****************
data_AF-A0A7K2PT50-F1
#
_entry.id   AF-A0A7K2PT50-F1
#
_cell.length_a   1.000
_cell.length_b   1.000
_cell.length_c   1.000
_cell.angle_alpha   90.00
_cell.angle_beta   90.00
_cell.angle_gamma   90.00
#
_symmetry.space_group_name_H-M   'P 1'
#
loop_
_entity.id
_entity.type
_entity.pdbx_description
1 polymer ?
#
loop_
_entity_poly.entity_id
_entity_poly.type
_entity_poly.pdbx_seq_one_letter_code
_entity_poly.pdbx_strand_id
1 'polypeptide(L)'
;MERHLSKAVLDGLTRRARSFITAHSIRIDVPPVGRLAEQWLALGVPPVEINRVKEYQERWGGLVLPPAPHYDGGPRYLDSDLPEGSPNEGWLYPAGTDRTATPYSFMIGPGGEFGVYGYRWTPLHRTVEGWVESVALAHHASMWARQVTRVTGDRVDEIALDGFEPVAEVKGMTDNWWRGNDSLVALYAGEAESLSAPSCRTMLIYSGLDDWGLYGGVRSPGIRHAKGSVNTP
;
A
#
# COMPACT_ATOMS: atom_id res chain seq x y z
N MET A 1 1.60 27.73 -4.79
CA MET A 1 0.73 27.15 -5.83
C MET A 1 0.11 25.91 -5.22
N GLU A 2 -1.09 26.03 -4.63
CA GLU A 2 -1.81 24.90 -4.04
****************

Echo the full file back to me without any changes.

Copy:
data_AF-A0A7K2PT50-F1
#
_entry.id   AF-A0A7K2PT50-F1
#
_cell.length_a   1.000
_cell.length_b   1.000
_cell.length_c   1.000
_cell.angle_alpha   90.00
_cell.angle_beta   90.00
_cell.angle_gamma   90.00
#
_symmetry.space_group_name_H-M   'P 1'
#
loop_
_entity.id
_entity.type
_entity.pdbx_description
1 polymer ?
#
loop_
_entity_poly.entity_id
_entity_poly.type
_entity_poly.pdbx_seq_one_letter_code
_entity_poly.pdbx_strand_id
1 'polypeptide(L)'
;MERHLSKAVLDGLTRRARSFITAHSIRIDVPPVGRLAEQWLALGVPPVEINRVKEYQERWGGLVLPPAPHYDGGPRYLDSDLPEGSPNEGWLYPAGTDRTATPYSFMIGPGGEFGVYGYRWTPLHRTVEGWVESVALAHHASMWARQVTRVTGDRVDEIALDGFEPVAEVKGMTDNWWRGNDSLVALYAGEAESLSAPSCRTMLIYSGLDDWGLYGGVRSPGIRHAKGSVNTP
;
A
#
# COMPACT_ATOMS: atom_id res chain seq x y z
N MET A 1 1.60 27.73 -4.79
CA MET A 1 0.73 27.15 -5.83
C MET A 1 0.11 25.91 -5.22
N GLU A 2 -1.09 26.03 -4.63
CA GLU A 2 -1.81 24.90 -4.04